An isolated box entrance to King’s Cross tube station is to be demolished and replaced with a new step-free entrance as part of a building development.
The existing entrance sits on the south side of the Euston Road, in front of a rather appealing if run-down art-deco building, known as Belgrove House which was built in the 1930s as the King’s Cross Coach Station. It closed in 1947 as a garage, as the buses moved to another garage on Pentonville Road, and was taken over by the Post Office.
Today it’s used as a storage warehouse and is fronted by a number of shops, and a branch of a well-known burger chain.
The plans will see the whole building demolished and replaced with a tall brick and glass-clad tower for use by the pharmaceuticals giant, Merck for their London Discovery Research Center.
As part of the planning package, they will include a new step-free entrance to the tube station, replacing the black box that currently fills much of the pavement.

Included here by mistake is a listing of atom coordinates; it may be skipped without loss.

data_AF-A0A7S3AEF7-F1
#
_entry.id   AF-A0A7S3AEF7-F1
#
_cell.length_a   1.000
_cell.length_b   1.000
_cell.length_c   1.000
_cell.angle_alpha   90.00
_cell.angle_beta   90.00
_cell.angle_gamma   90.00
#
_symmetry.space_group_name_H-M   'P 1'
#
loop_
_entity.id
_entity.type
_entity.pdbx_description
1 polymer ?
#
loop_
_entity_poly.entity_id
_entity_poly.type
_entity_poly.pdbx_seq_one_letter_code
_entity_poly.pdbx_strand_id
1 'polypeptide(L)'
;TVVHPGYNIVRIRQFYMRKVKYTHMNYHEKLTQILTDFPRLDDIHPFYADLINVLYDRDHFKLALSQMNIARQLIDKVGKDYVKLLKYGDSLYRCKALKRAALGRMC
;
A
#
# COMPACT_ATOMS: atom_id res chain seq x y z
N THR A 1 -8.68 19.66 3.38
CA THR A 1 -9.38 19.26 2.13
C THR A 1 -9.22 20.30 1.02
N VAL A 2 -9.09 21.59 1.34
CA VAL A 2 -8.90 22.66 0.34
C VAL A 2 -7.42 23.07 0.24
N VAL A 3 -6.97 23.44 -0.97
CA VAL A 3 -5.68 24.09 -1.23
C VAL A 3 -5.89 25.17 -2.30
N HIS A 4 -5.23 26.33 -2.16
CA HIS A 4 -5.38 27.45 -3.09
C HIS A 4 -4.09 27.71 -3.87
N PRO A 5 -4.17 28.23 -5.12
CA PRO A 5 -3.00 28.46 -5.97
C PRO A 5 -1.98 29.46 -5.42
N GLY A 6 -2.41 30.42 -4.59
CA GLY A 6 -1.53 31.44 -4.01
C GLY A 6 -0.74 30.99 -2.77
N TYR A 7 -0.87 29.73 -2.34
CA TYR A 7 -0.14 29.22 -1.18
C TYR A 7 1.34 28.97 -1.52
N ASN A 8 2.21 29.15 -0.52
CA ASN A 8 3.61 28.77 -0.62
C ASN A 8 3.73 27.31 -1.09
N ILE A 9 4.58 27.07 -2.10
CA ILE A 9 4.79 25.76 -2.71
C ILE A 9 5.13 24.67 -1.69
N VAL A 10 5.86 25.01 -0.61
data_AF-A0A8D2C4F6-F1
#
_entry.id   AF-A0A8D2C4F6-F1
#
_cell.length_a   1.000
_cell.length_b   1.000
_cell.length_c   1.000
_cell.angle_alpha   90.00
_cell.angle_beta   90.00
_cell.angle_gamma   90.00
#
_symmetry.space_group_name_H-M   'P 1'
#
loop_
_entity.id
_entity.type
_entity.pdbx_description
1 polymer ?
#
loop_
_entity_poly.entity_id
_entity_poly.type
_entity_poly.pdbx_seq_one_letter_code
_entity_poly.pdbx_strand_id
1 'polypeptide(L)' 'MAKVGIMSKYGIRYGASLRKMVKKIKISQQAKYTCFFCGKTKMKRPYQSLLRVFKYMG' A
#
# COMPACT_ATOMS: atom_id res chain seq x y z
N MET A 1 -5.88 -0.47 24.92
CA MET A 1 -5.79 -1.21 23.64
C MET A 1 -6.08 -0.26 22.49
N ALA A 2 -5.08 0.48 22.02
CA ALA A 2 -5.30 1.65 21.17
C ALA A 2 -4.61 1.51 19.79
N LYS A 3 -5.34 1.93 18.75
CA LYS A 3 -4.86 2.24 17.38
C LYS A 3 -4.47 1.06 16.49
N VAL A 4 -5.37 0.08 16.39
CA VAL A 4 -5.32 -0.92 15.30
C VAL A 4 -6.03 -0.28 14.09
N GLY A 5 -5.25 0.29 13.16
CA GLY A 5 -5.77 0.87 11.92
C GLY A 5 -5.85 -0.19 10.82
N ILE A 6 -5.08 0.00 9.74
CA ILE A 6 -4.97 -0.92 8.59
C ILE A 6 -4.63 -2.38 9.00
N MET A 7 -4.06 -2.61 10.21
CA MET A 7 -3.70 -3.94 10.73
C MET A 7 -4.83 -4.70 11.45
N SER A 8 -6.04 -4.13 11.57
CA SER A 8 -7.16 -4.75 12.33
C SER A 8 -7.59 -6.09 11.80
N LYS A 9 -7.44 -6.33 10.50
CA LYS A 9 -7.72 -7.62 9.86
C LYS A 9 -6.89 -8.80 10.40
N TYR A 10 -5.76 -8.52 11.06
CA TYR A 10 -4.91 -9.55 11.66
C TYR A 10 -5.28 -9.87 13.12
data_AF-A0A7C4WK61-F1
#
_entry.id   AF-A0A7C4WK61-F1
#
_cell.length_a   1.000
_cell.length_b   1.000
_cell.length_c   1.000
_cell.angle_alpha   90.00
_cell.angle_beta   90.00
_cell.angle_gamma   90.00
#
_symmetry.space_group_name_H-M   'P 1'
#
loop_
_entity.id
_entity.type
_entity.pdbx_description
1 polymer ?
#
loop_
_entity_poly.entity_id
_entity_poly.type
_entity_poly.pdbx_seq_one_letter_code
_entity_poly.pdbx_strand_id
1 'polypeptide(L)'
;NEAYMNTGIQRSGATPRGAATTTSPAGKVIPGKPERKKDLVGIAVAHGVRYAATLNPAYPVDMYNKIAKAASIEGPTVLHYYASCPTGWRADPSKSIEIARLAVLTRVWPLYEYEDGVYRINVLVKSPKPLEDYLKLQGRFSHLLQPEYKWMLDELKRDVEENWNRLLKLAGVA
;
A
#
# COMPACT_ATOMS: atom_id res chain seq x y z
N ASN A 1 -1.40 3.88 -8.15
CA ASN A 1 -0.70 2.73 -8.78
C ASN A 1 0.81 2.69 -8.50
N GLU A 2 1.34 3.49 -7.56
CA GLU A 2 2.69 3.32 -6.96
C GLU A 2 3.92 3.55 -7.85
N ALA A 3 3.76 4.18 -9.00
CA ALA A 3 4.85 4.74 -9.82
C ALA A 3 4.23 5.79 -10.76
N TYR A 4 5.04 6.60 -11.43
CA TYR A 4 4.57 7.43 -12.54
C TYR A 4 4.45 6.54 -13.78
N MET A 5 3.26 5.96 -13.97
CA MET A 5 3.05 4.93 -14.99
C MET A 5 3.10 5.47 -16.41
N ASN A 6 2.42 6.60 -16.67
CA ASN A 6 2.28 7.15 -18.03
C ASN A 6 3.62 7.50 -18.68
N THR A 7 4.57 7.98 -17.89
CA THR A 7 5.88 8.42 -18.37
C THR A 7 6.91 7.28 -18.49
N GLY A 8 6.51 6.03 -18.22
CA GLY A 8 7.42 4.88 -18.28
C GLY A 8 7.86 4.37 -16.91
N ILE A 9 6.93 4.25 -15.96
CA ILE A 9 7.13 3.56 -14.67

A staircase will lead down to the basement connection that runs under the road, and a lift will be included in the design.
Although the replacement entrance won’t add any additional capacity to the station, other than the inclusion of an additional lift, removing it from the pavement to the building will open up a lot more space for pedestrians. The addition of the lift also means people on the south-side of the road would no longer need to cross the road to the north side where step-free access already exists.
Although the plans have been approved by Camden Council, they now need approval from the Mayor of London.
If approved, it could open in 2025.